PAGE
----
03 Nov

Canadian Neighbor Pharmacy: Smooth Muscle Contractility Effects of Hypoxia

smooth musclesThough differences in control of function of a variety of smooth muscles may exist at membrane and neural levels, there are striking similarities in the intracellular contractile machinery. Since the contractile mechanism is the “horse that is driven by every whip,” we have directed our operated channels tend to blend together. Thus, in a smaller artery which is already depolarized, the voltage-independent channels can be activated to give a further increase in tension.

The question was asked whether the calcium-blocking agents such as the dihydropyridines could function in ways other than blocking calcium entry into vascular smooth muscle. Could they affect synthesis release or uptake of mediators? While it was felt that higher concentrations of these inhibitors block the entry of Ca+ + into secretory cells, they act selectively on smooth muscle cells and less on secretory cells. It is not known whether they alter the metabolism of vasoactive substances.

The recent findings of parallel muscle fibers and of organized “mini” sarcomeres in smooth muscle’ (Fig 1) allow interpretation of smooth muscle mechanics in terms analagous to those developed for striated muscle. Somlyo et al and Fay et al have demonstrated that these “mini” sarcomeres are delineated by well organized dense bodies which serve as Z disc analogues. Having obtained some assurance that the structural substrate existed in smooth muscle, we embarked on studies of the mechanical properties of crossbridges.

It was pointed out that approximately doubling the free calcium in the extracellular space acted to inhibit vasoconstriction. The question was asked as to how high calcium acted to block its own entry. The response was that divalent ions in general and calcium in particular became bound to the membrane and acted to decrease the membrane permeability for calcium. The decrease in permeability probably resulted from hyperpolarization of the cell.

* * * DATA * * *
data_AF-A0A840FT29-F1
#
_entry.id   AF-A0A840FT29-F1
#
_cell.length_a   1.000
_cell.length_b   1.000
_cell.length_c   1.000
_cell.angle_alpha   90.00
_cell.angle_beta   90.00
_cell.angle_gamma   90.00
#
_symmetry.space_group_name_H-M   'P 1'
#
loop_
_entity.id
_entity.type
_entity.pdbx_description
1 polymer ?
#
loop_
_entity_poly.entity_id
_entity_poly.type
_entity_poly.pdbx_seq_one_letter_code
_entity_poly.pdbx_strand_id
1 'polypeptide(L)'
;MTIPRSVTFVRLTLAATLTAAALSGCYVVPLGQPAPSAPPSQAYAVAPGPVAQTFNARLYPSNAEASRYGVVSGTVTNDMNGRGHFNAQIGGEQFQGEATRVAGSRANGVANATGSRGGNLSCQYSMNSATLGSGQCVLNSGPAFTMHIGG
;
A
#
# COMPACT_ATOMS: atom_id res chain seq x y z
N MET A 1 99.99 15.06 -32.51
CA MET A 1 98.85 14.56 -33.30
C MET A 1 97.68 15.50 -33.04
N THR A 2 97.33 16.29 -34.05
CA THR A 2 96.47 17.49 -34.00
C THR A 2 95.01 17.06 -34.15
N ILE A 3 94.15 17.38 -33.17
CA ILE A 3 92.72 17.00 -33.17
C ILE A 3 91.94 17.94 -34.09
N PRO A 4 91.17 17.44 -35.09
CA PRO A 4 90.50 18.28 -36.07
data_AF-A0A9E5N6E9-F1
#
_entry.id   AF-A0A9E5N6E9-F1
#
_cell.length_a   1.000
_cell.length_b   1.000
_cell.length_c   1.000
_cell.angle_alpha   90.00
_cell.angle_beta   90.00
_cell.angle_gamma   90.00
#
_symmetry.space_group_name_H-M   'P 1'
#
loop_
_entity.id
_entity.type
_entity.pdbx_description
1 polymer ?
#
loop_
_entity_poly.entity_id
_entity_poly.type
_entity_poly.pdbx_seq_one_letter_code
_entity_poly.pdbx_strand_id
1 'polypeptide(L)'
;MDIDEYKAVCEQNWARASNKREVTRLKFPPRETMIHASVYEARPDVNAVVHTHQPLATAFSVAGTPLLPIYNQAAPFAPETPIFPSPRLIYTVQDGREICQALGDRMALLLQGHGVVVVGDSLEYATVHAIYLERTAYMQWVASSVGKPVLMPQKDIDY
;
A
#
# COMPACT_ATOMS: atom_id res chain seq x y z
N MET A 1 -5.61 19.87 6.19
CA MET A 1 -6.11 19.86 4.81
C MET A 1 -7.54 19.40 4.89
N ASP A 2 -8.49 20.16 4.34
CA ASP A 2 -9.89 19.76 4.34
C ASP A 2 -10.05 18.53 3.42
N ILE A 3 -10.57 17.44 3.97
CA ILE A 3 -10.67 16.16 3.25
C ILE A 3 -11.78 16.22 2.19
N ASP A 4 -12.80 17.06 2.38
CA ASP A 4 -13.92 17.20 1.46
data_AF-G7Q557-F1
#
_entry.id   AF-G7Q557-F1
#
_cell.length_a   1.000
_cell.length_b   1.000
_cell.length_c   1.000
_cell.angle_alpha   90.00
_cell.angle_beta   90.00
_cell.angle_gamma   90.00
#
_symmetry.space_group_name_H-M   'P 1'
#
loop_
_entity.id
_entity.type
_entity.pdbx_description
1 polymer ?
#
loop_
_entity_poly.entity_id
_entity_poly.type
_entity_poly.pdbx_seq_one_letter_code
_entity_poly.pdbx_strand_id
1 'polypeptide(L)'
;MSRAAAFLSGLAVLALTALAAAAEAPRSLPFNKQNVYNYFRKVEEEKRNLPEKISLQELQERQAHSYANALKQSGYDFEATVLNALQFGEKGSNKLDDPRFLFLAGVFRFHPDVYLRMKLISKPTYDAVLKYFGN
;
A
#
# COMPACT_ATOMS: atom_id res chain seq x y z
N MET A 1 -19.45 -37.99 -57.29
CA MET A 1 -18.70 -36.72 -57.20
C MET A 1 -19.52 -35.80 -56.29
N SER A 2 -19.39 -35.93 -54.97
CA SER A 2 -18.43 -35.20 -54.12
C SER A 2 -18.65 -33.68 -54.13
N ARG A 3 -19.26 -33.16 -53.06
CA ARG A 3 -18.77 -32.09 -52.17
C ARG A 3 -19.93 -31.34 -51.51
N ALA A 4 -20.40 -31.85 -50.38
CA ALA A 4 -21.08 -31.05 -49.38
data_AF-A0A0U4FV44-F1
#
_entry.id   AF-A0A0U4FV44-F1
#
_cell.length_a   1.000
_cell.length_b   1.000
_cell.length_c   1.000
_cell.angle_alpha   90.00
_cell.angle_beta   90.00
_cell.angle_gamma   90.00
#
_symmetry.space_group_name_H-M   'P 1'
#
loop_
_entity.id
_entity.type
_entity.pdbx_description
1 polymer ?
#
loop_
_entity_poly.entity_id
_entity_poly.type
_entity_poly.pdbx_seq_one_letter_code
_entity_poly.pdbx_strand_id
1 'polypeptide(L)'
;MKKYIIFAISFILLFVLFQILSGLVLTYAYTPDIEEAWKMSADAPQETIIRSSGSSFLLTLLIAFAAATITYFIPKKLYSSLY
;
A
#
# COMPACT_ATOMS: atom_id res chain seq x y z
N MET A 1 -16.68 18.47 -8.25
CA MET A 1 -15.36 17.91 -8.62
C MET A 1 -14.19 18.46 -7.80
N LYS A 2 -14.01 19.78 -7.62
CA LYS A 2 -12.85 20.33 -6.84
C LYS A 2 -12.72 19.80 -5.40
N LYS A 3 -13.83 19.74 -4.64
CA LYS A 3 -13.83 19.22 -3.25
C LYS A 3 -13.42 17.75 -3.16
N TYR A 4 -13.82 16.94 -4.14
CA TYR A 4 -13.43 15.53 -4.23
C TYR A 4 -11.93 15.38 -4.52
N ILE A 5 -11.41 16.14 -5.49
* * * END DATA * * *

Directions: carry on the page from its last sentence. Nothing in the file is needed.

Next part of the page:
The question was asked about the specificity of certain inhibitors of calmodulin (W-7 and trifluoroperazine). Calmodulin is an important regulator of the availability of calcium to the contractile proteins. It also is present in the caveolae on the cell surface and thus could play a role in calcium entry. Consequently, the specificity of probes which inhibit calmodulin could be important. It was felt that trifluoroperazine was nonspecific and high concentrations were required. W-7, however, appeared to be a more specific calmodulin inhibitor. The source – Canadian Neighbor Pharmacy is full of interesting articles concerning the medicine and pharmacy.

Analysis of Crossbridge Mechanics

Since the basis of altered mechanical function must often be at the subcellular level, the analysis of rapid mechanical transients has been used in skeletal muscle research to provide quantitative and qualitative data about the kinetic properties of crossbridges. While the conditions for achieving a crossbridgesvalid analysis have been rigorously defined in skeletal muscle, smooth muscle mechanics can only be evaluated by invoking a host of assumptions. Nevertheless, given these, we believe that some progress can be made.

Normally Cycling and Slowly Cycling (“Latch”) Crossbridges